When I started this blog, I’d never heard of radio reading services. They popped up in my research for reading alternatives for my father-in-law who has macular degeneration.
Volunteers read newspapers and magazines for the blind and vision-impaired in these community-based reading services. When the services first started in the late 1960s, they were broadcast over radio stations’ subcarrier channels. Special receivers permanently tuned to the stations were required to listen. Over the years other delivery options have emerged including telephone, television, internet streaming, podcasts, and smart phone apps.
Radio reading services are offered by a variety of local organizations including public radio stations, public libraries, universities, and faith-based groups. I found 35 of these services in the United States; there could be more.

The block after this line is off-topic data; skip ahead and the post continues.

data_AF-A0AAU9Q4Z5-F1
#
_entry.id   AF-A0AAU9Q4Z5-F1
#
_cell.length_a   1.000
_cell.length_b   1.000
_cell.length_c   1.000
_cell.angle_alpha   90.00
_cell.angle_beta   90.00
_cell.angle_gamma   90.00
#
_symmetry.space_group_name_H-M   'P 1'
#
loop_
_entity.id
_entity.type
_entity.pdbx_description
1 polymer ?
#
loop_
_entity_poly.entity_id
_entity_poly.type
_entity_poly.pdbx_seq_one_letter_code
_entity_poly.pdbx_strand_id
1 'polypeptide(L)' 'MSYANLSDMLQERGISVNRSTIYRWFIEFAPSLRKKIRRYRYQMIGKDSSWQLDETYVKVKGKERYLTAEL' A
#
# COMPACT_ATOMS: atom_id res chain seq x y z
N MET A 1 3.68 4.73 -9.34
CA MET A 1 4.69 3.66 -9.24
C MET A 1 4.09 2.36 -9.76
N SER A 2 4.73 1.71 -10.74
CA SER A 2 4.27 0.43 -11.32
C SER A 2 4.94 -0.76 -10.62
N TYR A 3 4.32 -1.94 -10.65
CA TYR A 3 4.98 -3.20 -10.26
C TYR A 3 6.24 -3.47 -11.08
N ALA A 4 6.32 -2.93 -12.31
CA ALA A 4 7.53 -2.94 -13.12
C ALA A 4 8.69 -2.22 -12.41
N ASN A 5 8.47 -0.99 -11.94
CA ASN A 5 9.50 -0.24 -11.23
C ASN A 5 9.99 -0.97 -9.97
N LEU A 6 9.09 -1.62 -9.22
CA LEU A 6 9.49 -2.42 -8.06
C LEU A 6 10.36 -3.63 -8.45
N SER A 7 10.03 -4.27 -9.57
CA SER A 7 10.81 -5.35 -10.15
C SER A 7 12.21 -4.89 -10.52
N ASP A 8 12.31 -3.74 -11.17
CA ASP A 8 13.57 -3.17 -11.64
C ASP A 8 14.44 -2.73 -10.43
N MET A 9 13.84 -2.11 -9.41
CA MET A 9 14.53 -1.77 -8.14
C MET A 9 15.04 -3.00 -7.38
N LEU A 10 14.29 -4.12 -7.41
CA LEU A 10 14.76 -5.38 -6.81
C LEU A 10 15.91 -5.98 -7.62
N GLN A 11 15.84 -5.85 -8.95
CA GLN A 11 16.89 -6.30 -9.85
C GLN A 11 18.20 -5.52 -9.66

Programming varies from one radio reading service to the next, but they usually offer 24/7 service. The Georgia Radio Reading Service program schedule is fairly typical with readings from a mix of national and local newspapers, magazines, and books.
Because much of the reading material is copyrighted, most radio reading services require that potential users complete an application to receive the service. If you’d like to sample a service, no application is required to listen to Tri-States Audio Information Services’ internet stream.